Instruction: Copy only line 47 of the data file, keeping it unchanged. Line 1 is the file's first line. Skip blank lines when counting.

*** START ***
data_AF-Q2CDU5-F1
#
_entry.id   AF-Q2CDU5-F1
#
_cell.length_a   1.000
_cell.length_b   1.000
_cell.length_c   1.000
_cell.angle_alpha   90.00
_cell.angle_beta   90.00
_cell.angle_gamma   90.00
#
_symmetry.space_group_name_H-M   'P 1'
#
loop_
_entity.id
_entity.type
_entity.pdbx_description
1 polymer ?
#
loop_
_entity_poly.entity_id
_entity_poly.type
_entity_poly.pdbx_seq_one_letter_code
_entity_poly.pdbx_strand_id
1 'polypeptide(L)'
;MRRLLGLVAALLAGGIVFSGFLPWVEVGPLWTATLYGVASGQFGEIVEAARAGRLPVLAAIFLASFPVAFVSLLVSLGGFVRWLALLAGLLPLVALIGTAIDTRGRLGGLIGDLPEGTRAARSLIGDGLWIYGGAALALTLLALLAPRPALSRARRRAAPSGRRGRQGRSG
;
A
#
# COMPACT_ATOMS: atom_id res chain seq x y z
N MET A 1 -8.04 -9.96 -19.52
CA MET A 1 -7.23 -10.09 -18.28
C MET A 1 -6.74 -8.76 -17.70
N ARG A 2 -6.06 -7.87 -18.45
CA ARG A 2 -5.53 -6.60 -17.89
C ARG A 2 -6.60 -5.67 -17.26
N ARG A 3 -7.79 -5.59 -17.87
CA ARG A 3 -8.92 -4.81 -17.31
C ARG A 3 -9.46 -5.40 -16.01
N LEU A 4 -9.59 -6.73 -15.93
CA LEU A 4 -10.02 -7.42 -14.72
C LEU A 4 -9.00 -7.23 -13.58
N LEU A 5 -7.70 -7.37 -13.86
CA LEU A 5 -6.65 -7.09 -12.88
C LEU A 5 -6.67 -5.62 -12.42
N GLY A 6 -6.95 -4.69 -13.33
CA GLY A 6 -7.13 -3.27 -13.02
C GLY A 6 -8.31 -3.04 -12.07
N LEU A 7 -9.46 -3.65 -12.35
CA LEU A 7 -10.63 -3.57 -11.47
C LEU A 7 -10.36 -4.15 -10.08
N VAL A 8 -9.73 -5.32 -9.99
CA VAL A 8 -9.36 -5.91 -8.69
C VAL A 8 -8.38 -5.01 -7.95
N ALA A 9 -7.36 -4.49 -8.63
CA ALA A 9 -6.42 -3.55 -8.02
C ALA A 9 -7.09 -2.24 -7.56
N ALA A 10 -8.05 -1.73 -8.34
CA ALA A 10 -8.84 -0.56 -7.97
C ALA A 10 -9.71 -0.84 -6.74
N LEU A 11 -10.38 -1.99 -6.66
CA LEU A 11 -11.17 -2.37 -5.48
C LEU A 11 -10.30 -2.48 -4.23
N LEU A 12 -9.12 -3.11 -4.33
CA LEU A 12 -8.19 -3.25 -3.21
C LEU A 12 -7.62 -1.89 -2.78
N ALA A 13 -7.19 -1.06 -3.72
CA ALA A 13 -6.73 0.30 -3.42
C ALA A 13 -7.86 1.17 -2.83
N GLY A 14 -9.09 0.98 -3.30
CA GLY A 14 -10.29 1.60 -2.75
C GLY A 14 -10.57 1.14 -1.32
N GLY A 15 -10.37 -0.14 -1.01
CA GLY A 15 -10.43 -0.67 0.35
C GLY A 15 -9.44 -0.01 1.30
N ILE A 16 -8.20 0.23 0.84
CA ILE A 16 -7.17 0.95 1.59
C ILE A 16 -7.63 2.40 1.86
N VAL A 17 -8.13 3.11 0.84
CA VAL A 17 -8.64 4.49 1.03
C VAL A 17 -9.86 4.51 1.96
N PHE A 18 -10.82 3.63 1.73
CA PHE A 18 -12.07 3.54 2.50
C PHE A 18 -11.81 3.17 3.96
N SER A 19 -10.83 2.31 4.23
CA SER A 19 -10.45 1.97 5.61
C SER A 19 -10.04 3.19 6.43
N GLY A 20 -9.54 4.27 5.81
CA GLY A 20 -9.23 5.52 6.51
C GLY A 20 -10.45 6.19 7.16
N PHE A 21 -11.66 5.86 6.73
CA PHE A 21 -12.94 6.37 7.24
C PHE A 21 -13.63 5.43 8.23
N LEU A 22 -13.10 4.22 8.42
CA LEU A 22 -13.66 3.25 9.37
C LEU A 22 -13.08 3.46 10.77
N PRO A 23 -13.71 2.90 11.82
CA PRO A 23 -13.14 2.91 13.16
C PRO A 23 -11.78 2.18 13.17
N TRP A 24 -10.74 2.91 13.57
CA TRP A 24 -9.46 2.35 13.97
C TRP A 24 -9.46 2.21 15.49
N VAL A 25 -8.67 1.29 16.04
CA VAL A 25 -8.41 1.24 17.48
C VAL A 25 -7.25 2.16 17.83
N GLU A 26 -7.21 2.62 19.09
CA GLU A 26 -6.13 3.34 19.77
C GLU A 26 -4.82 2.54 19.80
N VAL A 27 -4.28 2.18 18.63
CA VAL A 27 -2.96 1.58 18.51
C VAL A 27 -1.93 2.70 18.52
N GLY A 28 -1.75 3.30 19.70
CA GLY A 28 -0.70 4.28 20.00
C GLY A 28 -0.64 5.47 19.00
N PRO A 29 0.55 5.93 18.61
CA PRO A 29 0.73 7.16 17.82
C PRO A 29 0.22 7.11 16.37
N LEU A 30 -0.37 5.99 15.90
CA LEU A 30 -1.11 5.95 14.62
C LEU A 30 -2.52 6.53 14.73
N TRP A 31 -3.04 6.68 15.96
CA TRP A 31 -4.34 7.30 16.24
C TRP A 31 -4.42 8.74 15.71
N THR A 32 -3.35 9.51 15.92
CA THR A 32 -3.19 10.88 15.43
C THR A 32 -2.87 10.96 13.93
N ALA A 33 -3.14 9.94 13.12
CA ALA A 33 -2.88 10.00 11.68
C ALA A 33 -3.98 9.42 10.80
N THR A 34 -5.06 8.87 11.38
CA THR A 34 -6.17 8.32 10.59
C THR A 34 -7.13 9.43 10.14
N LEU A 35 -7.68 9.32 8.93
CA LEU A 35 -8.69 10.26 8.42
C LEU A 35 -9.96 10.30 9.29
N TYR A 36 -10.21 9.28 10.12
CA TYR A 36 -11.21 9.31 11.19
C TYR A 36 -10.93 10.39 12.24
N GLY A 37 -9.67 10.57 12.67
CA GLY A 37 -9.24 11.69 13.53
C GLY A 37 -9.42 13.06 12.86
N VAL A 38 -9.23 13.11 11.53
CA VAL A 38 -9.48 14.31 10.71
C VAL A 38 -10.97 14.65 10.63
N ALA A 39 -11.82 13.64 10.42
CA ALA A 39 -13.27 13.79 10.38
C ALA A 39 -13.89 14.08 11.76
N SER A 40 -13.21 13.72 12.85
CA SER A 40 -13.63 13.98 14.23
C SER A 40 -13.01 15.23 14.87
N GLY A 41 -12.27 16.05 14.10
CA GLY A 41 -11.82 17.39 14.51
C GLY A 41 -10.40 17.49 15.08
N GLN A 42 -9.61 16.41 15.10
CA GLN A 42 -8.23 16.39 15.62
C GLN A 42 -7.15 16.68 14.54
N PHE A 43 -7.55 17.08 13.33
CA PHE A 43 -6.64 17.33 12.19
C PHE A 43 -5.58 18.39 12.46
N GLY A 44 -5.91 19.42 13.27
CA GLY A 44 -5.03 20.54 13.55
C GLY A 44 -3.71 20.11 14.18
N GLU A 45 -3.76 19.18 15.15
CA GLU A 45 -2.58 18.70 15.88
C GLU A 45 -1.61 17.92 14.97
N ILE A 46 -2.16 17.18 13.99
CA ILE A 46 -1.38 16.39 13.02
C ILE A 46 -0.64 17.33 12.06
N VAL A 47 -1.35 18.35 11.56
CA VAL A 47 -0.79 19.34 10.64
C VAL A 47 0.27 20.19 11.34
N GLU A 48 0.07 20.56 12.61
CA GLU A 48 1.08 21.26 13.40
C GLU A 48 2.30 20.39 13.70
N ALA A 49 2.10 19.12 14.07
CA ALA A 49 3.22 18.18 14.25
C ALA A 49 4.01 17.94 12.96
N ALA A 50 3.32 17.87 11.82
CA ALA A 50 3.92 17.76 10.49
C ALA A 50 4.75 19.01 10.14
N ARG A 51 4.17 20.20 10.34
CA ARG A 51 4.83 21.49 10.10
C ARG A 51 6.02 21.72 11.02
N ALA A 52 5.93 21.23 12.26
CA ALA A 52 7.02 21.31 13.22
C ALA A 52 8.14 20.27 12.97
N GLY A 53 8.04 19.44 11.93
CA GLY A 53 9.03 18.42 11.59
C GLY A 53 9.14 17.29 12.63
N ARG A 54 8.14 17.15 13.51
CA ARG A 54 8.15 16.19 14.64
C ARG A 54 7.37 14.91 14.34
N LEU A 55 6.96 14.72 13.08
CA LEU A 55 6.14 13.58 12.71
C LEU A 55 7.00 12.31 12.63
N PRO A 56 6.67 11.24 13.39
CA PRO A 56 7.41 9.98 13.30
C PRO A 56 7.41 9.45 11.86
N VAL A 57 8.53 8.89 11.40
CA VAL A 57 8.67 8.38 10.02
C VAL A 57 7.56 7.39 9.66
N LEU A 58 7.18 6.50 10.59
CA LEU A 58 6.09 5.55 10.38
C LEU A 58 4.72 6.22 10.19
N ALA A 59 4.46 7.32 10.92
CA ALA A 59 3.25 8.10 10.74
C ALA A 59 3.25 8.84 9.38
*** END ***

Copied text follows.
CA GLY A 6 -7.13 -3.27 -13.02